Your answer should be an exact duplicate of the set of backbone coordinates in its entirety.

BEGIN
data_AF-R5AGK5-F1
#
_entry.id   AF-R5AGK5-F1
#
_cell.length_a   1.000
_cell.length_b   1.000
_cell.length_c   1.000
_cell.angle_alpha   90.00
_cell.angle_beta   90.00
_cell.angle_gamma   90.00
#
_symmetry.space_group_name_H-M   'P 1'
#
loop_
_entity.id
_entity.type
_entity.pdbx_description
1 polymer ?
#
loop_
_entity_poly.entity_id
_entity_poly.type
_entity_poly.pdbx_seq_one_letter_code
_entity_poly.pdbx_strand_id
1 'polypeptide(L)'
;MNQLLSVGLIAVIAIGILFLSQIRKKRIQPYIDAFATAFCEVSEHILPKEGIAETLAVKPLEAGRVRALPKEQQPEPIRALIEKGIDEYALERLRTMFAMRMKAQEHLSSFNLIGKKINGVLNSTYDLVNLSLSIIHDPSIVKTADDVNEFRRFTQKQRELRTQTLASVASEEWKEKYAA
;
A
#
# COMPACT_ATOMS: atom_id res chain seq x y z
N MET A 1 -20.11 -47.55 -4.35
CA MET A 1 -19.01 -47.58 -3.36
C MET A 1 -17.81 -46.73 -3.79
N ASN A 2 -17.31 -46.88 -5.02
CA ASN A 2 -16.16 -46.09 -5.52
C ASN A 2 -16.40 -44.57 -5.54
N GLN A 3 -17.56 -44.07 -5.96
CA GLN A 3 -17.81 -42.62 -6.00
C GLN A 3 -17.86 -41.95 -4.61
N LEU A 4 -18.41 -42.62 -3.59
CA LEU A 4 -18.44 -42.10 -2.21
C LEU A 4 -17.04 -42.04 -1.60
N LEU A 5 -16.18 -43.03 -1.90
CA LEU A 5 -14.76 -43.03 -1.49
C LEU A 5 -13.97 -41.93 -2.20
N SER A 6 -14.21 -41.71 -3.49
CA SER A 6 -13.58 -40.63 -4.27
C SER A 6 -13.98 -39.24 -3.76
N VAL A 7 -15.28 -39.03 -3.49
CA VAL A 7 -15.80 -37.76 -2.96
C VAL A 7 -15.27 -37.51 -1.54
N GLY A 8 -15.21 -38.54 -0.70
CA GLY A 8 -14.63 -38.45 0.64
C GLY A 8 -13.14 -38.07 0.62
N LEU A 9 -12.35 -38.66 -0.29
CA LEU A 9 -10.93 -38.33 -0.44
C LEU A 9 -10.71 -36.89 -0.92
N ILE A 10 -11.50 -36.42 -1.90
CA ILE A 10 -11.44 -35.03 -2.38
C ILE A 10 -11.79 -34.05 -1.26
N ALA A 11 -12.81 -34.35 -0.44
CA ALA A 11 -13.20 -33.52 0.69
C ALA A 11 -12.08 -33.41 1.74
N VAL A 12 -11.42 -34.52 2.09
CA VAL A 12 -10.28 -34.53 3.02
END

data_AF-R5AGK5-F1
#
_entry.id   AF-R5AGK5-F1
#
_cell.length_a   1.000
_cell.length_b   1.000
_cell.length_c   1.000
_cell.angle_alpha   90.00
_cell.angle_beta   90.00
_cell.angle_gamma   90.00
#
_symmetry.space_group_name_H-M   'P 1'
#
loop_
_entity.id
_entity.type
_entity.pdbx_description
1 polymer ?
#
loop_
_entity_poly.entity_id
_entity_poly.type
_entity_poly.pdbx_seq_one_letter_code
_entity_poly.pdbx_strand_id
1 'polypeptide(L)'
;MNQLLSVGLIAVIAIGILFLSQIRKKRIQPYIDAFATAFCEVSEHILPKEGIAETLAVKPLEAGRVRALPKEQQPEPIRALIEKGIDEYALERLRTMFAMRMKAQEHLSSFNLIGKKINGVLNSTYDLVNLSLSIIHDPSIVKTADDVNEFRRFTQKQRELRTQTLASVASEEWKEKYAA
;
A
#
# COMPACT_ATOMS: atom_id res chain seq x y z
N MET A 1 -20.11 -47.55 -4.35
CA MET A 1 -19.01 -47.58 -3.36
C MET A 1 -17.81 -46.73 -3.79
N ASN A 2 -17.31 -46.88 -5.02
CA ASN A 2 -16.16 -46.09 -5.52
C ASN A 2 -16.40 -44.57 -5.54
N GLN A 3 -17.56 -44.07 -5.96
CA GLN A 3 -17.81 -42.62 -6.00
C GLN A 3 -17.86 -41.95 -4.61
N LEU A 4 -18.41 -42.62 -3.59
CA LEU A 4 -18.44 -42.10 -2.21
C LEU A 4 -17.04 -42.04 -1.60
N LEU A 5 -16.18 -43.03 -1.90
CA LEU A 5 -14.76 -43.03 -1.49
C LEU A 5 -13.97 -41.93 -2.20
N SER A 6 -14.21 -41.71 -3.49
CA SER A 6 -13.58 -40.63 -4.27
C SER A 6 -13.98 -39.24 -3.76
N VAL A 7 -15.28 -39.03 -3.49
CA VAL A 7 -15.80 -37.76 -2.96
C VAL A 7 -15.27 -37.51 -1.54
N GLY A 8 -15.21 -38.54 -0.70
CA GLY A 8 -14.63 -38.45 0.64
C GLY A 8 -13.14 -38.07 0.62
N LEU A 9 -12.35 -38.66 -0.29
CA LEU A 9 -10.93 -38.33 -0.44
C LEU A 9 -10.71 -36.89 -0.92
N ILE A 10 -11.50 -36.42 -1.90
CA ILE A 10 -11.44 -35.03 -2.38
C ILE A 10 -11.79 -34.05 -1.26
N ALA A 11 -12.81 -34.35 -0.44
CA ALA A 11 -13.20 -33.52 0.69
C ALA A 11 -12.08 -33.41 1.74
N VAL A 12 -11.42 -34.52 2.09
CA VAL A 12 -10.28 -34.53 3.02